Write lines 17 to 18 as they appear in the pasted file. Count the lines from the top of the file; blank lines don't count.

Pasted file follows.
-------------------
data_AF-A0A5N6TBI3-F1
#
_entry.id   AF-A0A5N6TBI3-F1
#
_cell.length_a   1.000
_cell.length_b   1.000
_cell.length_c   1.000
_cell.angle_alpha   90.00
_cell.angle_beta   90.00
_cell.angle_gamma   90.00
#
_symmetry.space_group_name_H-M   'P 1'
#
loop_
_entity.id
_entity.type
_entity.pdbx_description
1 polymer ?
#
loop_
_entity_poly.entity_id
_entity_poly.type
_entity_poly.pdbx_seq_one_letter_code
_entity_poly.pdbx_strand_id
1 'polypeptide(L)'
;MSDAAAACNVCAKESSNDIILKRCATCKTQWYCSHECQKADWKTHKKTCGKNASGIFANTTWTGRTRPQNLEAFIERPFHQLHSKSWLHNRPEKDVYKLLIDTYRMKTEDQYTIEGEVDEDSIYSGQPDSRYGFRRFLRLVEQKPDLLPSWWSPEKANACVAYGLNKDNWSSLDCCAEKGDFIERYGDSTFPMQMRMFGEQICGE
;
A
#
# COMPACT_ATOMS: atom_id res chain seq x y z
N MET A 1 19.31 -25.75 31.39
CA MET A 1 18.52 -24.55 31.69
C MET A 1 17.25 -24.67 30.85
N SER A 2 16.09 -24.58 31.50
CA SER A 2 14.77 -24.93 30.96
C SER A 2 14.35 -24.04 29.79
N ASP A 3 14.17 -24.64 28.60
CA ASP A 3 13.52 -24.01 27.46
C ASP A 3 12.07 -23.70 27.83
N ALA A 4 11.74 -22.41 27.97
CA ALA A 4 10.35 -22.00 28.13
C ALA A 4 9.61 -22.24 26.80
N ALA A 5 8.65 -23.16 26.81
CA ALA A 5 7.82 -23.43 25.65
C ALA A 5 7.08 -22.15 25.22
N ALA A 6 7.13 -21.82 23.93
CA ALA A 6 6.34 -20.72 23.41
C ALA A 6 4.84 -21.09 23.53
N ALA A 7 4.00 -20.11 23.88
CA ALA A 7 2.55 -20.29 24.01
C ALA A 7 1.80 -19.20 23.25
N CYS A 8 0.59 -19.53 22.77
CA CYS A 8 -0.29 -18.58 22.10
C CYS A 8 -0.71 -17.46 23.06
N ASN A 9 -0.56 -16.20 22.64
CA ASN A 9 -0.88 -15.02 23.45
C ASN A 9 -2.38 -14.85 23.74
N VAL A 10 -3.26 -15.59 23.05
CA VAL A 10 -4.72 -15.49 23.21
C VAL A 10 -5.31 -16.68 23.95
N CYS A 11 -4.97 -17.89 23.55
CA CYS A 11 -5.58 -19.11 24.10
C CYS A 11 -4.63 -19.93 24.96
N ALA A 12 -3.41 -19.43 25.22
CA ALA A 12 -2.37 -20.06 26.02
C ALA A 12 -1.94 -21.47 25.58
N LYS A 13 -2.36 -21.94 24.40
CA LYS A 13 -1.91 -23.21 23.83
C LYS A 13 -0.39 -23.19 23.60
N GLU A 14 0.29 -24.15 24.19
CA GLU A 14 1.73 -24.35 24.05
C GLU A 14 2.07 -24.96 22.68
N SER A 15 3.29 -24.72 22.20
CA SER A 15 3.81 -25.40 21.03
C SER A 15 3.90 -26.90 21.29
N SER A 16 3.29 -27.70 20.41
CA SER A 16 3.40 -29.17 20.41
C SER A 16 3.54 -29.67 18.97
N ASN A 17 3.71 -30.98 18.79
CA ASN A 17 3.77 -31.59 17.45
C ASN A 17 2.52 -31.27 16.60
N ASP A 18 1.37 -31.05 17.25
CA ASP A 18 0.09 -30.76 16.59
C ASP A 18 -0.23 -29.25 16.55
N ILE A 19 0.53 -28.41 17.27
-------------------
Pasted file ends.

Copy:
_entity.pdbx_description
1 polymer ?